PFENNIGS FROM HEAVEN OR HELL?
Far from revitalising the west German economy, unification has led it further along the road to perdition,
argues Noel Malcolm Leipzig
THE Thomaskirche, where Bach played and Wagner was baptised, is — like so many buildings in the centre of this city — undergoing some changes. The severe lines of its late Gothic architecture are obscured by scaffolding for a much needed renova- tion. Inside, some things have been changed too: a large 'prayer-wall' has been put up in the chancel, where people are invited to write their wishes on little cards and pin them to the wall. It makes a melan- choly mosaic of the hopes and fears of a people adapting to life in the non-communist world.
Some concerns are pretty uni- versal: 'Dear God, let me get a girlfriend. PS: preferably Clau- dia.' There are innumerable,
rather automatic-sounding requests for 'peace' and `no more nuclear weapons'. One startling cri-de-coeur: 'Dear God, spiritually I am dead already. Please let my body die too.' (A penitent Stasi officer? A despairing ex-worker at the Mordor-like chemical works at Bitterfeld or Leuna, dying of cancer or asbestosis?) But the dominant plea is for Arbeit, Arbeit and more Arbeit. 'Dear God, let my father find a new job.' Dear God, please don't let them close down my factory.' 'Dear God, let me find work soon. And a little more luck in my life.' Some of these prayers should perhaps be addressed to Helmut Kohl rather than God the Father; but the two are so easily confused.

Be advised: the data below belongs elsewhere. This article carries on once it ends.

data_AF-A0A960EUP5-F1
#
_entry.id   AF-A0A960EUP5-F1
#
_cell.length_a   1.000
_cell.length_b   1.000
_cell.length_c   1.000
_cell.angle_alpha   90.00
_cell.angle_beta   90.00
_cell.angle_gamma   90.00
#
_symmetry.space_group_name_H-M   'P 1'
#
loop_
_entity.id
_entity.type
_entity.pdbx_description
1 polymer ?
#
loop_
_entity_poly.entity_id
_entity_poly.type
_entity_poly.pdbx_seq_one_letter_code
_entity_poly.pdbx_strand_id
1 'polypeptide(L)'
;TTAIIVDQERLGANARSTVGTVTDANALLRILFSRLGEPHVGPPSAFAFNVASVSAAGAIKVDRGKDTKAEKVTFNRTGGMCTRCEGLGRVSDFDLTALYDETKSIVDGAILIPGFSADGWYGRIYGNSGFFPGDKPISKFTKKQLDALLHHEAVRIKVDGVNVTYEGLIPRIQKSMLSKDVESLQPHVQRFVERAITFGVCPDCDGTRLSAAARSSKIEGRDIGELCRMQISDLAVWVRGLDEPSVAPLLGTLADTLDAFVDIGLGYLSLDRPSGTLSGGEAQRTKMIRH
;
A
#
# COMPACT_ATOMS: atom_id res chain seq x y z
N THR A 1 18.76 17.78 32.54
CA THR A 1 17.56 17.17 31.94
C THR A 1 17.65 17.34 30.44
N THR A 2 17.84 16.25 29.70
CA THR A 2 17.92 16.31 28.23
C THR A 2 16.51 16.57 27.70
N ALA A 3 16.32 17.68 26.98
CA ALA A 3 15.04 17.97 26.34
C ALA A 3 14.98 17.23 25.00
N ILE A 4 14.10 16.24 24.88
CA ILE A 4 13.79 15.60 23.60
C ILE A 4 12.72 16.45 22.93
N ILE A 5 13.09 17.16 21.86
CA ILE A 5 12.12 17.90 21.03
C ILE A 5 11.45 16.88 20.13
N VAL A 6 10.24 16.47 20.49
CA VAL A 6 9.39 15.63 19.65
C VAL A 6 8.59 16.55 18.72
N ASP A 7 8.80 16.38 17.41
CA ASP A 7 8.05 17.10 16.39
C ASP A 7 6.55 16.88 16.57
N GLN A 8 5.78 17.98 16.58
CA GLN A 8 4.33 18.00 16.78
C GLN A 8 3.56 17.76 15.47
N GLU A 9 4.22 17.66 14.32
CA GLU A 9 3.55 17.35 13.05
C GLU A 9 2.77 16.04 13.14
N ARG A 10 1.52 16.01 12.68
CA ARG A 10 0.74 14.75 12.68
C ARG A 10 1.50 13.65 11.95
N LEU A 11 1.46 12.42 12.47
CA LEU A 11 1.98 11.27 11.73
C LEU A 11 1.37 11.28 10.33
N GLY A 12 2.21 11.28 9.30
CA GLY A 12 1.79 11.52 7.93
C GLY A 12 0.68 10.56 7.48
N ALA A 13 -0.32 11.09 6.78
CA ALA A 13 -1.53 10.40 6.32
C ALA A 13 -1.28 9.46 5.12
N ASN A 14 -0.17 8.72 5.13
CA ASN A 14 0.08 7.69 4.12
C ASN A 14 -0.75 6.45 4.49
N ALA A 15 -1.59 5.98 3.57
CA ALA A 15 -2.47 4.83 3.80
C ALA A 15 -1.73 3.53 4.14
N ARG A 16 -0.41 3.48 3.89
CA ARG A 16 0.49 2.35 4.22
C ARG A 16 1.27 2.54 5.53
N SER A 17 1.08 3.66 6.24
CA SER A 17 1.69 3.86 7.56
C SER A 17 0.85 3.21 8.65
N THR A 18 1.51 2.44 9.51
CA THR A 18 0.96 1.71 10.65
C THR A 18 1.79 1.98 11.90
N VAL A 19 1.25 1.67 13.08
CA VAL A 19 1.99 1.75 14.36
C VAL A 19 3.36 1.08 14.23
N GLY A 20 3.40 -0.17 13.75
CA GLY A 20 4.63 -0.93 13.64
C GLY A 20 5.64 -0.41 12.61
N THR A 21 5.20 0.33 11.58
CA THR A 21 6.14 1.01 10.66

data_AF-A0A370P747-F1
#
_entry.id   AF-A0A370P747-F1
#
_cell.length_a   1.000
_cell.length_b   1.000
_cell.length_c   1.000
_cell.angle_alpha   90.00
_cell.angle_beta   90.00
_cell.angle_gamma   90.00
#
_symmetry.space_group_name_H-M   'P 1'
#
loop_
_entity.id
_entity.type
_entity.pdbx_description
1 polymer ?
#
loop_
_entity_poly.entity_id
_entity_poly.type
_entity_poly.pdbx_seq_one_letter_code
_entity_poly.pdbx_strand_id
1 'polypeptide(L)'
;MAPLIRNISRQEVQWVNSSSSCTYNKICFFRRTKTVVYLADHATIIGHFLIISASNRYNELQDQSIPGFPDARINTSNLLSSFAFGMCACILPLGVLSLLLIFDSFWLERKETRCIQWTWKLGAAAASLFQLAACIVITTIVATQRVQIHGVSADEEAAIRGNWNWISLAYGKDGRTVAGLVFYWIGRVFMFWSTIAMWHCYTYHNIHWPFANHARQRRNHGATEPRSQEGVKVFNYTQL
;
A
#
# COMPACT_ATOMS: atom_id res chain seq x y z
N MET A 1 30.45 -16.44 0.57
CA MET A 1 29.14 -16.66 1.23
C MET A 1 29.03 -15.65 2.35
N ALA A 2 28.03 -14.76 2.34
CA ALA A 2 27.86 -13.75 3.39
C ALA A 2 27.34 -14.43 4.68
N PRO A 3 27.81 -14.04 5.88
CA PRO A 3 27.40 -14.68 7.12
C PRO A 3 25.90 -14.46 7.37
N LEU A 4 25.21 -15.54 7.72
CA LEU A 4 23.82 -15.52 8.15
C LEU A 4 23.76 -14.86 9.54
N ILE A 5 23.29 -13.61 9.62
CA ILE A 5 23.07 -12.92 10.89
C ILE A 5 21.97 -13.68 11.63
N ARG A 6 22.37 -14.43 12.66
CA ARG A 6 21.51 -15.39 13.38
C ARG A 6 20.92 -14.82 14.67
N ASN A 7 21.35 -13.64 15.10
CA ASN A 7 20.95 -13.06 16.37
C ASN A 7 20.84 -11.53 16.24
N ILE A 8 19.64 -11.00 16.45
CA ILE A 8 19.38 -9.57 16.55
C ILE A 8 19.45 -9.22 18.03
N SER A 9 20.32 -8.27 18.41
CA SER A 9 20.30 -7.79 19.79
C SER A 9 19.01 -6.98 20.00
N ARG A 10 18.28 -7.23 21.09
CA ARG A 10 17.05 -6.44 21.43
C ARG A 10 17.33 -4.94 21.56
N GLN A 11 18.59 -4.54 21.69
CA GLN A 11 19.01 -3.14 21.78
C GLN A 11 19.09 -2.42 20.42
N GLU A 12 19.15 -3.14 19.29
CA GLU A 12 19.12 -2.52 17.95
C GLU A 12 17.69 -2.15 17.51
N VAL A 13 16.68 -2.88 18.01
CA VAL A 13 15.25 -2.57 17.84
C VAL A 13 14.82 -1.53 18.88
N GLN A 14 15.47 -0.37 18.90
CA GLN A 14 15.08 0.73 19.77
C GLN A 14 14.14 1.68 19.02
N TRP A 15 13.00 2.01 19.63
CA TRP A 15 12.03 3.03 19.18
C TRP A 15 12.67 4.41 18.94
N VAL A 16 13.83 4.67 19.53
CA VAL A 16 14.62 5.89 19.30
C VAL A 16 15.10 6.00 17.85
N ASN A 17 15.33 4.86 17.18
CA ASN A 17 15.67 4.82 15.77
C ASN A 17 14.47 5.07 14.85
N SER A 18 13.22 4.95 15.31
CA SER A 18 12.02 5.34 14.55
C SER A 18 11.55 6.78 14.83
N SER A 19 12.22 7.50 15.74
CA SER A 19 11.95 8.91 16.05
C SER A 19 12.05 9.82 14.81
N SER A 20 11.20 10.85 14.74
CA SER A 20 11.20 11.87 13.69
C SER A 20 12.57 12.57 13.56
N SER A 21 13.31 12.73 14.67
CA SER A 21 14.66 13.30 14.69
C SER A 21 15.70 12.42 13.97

The east Germans have in fact had rather a lot of luck in the last two years of their lives. Already a city such as Leipzig is beginning to look like a west German town. The buildings are being cleaned and the streets repaired; instead of 'real existing socialism', they now have real existing con- sumer goods in the shops. Fast food outlets are everywhere, complete with giant plastic sausages (symbolising prosperity), giant plastic tomatoes (symbolising ketchup), and other such amenities of German civic life. Nor are the people confined to gaw- ping at shop windows: they have money in their pockets. Since unification in October 1990, an astonishing total of 200 billion deutschmarks (£70 billion) has been trans- ferred from the west German economy to the former DDR. Out of this, at least 40 per cent has gone in consumption, and the east German standard of living has already risen by more than 50 per cent. Each DDR citizen was allowed to convert a lump sum of 4,000 ostmarks into deutschmarks at the giveaway rate of 1:1, and the rest of his personal savings at the rate of 2:1 (the true market rate being 4:1 or 5:1). A shower of money simply rained down from Herr Kohl on the people of east Germany: pfennigs from heaven.
Whether the German Chancellor would have been quite so reckless in his largesse had he known the scale of the economic problems that would face him in the east is much less certain. Asked about the gross under-estimation of the costs involved, every German politician or economist, of whatever ideological persuasion, gives the same answer: 'We just had no idea.' The scale of the falsification of official statistics in the DDR has taken them all by surprise. They knew these things happened in, say, Rumania, where Ceausescu falsified even the weather reports; but an innate pride in German labour made them inclined to believe the official productivity rates of the DDR. Only during the last year have they discov- ered how unviable so many of the giant showcase industries of the east are, and how huge the costs will be of improving the country's infrastructure and mopping up its pollution.